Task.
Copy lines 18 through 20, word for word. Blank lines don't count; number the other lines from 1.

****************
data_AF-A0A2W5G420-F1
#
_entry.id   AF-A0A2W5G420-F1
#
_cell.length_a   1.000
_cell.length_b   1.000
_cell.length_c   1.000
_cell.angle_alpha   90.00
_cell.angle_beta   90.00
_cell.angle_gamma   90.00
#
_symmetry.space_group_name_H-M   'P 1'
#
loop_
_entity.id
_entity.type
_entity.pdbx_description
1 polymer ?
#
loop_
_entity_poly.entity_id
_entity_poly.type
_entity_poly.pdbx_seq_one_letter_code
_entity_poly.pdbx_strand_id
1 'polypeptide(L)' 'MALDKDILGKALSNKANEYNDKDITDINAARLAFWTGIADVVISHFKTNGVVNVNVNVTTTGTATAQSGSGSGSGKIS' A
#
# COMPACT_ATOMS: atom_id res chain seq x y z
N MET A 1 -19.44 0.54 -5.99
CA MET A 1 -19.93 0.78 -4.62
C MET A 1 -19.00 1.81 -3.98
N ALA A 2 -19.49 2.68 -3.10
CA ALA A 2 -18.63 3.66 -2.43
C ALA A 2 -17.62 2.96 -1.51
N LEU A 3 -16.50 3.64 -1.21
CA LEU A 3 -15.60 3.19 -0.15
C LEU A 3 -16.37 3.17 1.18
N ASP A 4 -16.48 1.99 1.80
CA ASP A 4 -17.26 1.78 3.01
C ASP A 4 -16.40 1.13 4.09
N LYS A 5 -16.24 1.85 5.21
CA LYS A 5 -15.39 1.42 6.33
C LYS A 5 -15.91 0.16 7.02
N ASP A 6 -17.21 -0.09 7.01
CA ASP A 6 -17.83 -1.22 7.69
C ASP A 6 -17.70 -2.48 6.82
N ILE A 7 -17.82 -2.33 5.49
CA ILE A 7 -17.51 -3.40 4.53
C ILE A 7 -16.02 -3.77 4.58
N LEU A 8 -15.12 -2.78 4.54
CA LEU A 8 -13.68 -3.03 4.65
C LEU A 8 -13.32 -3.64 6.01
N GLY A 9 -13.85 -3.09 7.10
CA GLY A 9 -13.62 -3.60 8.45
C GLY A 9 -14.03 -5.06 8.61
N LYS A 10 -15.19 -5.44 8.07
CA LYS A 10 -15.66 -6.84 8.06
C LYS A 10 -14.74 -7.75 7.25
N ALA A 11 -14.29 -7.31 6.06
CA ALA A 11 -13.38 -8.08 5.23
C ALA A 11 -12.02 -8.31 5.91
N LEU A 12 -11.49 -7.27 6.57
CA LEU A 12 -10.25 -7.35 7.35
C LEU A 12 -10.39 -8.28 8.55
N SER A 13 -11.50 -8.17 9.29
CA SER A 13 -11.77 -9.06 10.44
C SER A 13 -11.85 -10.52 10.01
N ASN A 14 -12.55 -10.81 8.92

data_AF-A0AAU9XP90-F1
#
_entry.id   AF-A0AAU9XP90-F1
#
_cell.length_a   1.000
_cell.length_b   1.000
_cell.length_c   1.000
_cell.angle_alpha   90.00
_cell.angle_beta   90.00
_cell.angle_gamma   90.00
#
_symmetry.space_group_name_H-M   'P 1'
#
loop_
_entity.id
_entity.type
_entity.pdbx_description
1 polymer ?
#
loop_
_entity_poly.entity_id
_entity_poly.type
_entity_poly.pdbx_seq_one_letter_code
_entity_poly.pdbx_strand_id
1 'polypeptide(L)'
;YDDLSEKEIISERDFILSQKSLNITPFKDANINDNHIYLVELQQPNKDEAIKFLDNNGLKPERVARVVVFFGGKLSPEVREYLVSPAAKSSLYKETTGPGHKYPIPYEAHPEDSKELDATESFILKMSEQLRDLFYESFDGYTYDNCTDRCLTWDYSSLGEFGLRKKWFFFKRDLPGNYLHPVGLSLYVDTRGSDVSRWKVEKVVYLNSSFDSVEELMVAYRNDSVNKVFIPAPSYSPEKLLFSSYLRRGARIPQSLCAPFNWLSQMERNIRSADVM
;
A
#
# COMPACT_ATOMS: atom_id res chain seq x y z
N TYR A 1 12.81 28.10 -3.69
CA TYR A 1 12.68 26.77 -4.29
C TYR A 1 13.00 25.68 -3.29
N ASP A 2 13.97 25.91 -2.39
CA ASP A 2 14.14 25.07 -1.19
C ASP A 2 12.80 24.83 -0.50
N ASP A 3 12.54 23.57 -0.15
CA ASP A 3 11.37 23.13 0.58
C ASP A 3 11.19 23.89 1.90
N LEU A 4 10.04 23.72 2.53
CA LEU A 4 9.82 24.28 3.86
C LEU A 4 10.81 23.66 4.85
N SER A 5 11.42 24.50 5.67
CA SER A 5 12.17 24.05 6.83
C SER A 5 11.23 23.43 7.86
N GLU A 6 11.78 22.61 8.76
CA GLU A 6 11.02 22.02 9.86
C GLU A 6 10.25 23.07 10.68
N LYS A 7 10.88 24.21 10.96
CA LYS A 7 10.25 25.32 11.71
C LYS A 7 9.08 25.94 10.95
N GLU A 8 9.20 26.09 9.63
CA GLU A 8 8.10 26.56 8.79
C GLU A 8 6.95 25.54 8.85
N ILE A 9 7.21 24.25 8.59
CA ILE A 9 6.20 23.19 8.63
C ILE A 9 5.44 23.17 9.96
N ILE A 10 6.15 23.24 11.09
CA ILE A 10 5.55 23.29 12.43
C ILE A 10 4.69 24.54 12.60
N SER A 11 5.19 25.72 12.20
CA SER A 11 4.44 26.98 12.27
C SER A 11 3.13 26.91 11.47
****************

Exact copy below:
1 polymer ?
#
loop_